The La Local Council of Churches, an association made up of Churches within the La municipality in collaboration with KEDE Consultancy, organised a day seminar on the topic, Land Ownership and Acquisition in Ghana under the laws of Ghana on Sunday, 8th August 2021 at the Presbyterian Church of Ghana Bethel Congregation.
The purpose of the seminar was to educate and engage stakeholders within the Community on the provisions of the Land Act 2020(Act 1036) which was assented by the President on 23rd December 2020.
The Speaker, Ms. Ekua Eguakun a legal practitioner explained to the participants that, the Land Act 2020 (Act 1036) is an Act to revise, harmonise and consolidate laws on land to ensure sustainable land administration and management, effective and efficient land tenure and to provide for related matters
She went on to say that, one of the innovative reforms made by this law is to introduce criminal offences and consequential sanctions for unlawful acts, carried out by persons involved in land transactions.
She cited Section 12(1) of the Act, which she explained is a provision to protect interests in land and which among others, addresses the peculiar problem of landguards. The provision states that:
A person who
- Unlawfully exercises or purports to exercise supervision of land development in a location and has no interest in the land.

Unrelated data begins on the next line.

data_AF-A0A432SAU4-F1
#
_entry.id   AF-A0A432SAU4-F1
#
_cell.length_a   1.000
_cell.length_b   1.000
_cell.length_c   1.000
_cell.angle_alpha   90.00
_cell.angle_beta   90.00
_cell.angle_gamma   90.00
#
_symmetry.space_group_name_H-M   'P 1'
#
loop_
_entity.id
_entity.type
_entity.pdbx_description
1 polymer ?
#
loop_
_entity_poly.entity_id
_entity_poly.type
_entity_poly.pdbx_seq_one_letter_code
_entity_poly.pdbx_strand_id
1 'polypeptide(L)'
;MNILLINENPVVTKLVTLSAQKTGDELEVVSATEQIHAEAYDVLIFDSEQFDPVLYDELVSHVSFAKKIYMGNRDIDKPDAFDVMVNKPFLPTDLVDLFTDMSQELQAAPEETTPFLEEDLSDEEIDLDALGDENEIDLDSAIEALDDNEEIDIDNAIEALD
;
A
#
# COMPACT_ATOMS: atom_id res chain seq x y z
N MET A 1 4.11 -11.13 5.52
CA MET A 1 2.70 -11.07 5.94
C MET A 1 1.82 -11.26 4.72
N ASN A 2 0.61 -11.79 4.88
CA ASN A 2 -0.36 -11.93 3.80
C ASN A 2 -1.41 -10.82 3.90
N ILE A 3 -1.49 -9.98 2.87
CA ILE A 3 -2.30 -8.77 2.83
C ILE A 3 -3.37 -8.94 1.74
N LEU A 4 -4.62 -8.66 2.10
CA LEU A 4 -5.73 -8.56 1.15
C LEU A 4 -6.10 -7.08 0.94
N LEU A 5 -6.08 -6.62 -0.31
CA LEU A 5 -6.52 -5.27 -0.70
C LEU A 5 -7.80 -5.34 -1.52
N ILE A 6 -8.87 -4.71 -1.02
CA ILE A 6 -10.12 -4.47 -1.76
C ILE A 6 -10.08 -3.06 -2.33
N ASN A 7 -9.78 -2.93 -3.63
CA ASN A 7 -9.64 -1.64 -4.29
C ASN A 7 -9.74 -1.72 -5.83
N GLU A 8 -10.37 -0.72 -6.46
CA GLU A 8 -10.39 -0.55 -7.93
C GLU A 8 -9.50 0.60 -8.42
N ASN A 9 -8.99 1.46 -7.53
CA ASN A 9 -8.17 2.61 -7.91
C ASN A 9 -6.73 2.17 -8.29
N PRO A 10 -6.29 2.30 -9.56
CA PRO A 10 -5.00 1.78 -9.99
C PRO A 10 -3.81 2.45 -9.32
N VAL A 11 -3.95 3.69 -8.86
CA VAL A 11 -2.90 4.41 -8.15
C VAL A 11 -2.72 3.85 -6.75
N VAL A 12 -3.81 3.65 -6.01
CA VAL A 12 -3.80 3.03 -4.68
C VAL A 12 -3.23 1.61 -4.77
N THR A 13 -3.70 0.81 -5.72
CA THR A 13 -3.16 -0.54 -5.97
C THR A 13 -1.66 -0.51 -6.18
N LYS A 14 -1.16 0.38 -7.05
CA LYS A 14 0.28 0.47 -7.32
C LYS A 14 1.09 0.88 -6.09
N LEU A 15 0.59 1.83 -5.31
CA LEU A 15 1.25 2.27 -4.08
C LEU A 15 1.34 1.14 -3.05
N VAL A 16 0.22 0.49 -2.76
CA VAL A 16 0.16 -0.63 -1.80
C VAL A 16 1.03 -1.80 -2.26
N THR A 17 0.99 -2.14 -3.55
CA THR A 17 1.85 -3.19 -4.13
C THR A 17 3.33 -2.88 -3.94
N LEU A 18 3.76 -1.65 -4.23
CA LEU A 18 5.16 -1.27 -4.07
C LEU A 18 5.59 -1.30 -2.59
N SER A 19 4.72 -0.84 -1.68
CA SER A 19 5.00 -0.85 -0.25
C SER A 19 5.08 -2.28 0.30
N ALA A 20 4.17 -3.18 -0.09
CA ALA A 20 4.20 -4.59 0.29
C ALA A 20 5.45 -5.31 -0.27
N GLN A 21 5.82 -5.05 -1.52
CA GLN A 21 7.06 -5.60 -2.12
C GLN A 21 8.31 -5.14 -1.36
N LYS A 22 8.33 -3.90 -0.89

- Extorts money or other benefits from a person who has interest in land.
- Prevents a developer or through another person unlawfully uses force or violence to prevent access to land or drives away that person commits an offence.
Commits and offence and is liable on summary conviction to term of imprisonment of not less than 5 years and not more than 15 years.
- A person who uses force, violence or intimidation to prevent a lawful owner from developing the land commits an offence and is liable on summary conviction to a term of imprisonment of not less than ten years and not more than 15 years.
Another innovation under Section 13 of the Act, is to saddle a chief, tendana, clan head, family head or any other authority in charge of the management of stool, skin, clan or family land with fiduciary obligations. These Fiduciaries are to remain transparent, open, fair and impartial in making decisions affecting land.
This provision is to ensure proper management function for the benefit of the stool, skin, clan or family.
Speaking further on the subject, Ms. Eguakun, said that, under Section 72, a person commits a criminal offence in disposing of property or an interest in property for valuable consideration with an intention to defraud, where the person:
- Conceals from the purchaser an instrument or encumbrance material to property or interest or
- Falsifies a plan of the land in relations to that property or instrument.
Again, on the subject of offences, Section 277 outlines the following offences, which she said are punishable under summary conviction with fines and/or criminal convictions:
- Falsification of land records
- Fraudulently issues any document or procures the registration of any document
- Erasure or alteration of documents issued by the lands commission.
- Fraudulently defaces, obliterates or mutilates any land register or document
- Grants of land by person without title or authority.
- Refuses to comply with an Order contained in a notice duly served on that person or assist a surveyor with the demarcation of land when required to do so.
- Willfully neglects or effuses to indicate land in which they claim an interest in.